A useful metaphor for understanding how karma works is to imagine the balls on a pool table. When one ball strikes another ball, the first stops while the second begins moving. Accordingly, when one life ends, the karma from that life creates the momentum for another life that must deal with the past karma while creating karma anew. There is no reincarnated soul, but rather it is the sum of a person's actions that is carried forward into the next life, resulting in an improvement or deterioration of the person's life circumstances.

Of course, according to Buddhism, the "Middle Path," the ideal rebirth is as a human in modest circumstances. Anything more and a being would be too distracted by pleasure to practice Buddhism; anything less and the ignorance and/or suffering would be insurmountable. By following the Eightfold Path (over one or many lifetimes), a human being can achieve perfect balance, extinguishing previous karma while creating as little new karma as possible, eventually removing oneself entirely from the cycle of suffering.

There is a common misconception surrounding karma. It really has nothing to do with a karmic bank of good and bad deeds. This is because any deed you do can have a wide range of effects. If you looked at that with the outdated version of karma, it would leave you very confused wouldn't it?

The idea is that you have chosen your experience; you don't have to experience what makes you feel uncomfortable or shut down, you can choose to send a situation into a new direction at any time. The concept of Karma will challenge a person's way of looking at the world previous to incorporating it into their lives. A time when you feel like life is not fair, when you fantasize about a knight in shining armor or a sudden windfall of prosperity and happiness. Karma is meant to teach that life is not about luck, and that you are not powerless in the face of upheavals. Every experience has something teach you, you are to learn how to create experiences that make you feel fulfilled. In other words, you can achieve what ever type of happiness you can imagine. The law of Karma as well as all other spiritual laws come into a person's life at the right time. They are meant to get you back on track to a life of purpose and happiness.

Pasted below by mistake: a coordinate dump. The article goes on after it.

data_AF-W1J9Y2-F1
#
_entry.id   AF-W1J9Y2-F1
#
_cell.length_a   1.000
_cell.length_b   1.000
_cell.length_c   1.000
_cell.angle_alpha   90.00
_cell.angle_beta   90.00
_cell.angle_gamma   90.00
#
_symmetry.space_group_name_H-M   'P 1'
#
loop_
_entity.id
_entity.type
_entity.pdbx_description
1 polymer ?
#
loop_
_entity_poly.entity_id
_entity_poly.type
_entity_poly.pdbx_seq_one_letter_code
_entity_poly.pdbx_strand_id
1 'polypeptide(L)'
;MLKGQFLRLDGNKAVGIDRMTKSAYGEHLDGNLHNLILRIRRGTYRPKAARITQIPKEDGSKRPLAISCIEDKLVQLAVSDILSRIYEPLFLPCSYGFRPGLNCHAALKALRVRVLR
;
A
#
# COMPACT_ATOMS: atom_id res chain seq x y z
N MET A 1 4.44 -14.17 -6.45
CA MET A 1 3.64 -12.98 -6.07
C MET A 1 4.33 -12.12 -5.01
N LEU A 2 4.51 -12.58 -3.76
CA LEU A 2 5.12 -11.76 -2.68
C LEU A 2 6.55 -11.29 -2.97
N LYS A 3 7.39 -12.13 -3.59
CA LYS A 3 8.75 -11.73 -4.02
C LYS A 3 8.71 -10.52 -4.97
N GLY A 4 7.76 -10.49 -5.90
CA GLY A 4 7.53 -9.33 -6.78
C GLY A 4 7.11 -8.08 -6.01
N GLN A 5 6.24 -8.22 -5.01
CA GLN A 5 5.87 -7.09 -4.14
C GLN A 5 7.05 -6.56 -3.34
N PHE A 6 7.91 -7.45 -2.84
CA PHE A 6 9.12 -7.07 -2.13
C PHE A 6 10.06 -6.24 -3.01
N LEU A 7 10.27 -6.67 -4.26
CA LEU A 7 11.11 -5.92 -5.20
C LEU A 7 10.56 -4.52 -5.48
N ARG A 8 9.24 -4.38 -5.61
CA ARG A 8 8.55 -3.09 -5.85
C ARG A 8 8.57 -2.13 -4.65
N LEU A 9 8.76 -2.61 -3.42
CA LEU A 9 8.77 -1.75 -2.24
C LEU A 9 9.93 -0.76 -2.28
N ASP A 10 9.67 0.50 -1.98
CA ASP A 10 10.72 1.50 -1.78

The karmic bank idea is essentially useless, and I'm not sure how karma could be confused. For example, you help an old lady carry her groceries across the street. Don't expect to experience some sort of reward in the future. It would be foolish to add up deeds like this into a bank inside your head. You are simply wasting your time and are selfishly motivated. The karmic effect in this situation is the inner happiness you feel.

You can judge whether or not you are on the right path by assessing your happiness and behavioral patterns. If karma is going to be understood and used in a persons life than it needs to be broken down into something you can understand and use throughout your day. It needs to be applied to the moment that you're in. Otherwise how can it be grasped?

Kar"ma (?), n. [Skr.] Buddhism

One's acts considered as fixing one's lot in the future existence. Theos. The doctrine of fate as the inflexible result of cause and effect; the theory of inevitable consequence.

 

© Webster 1913.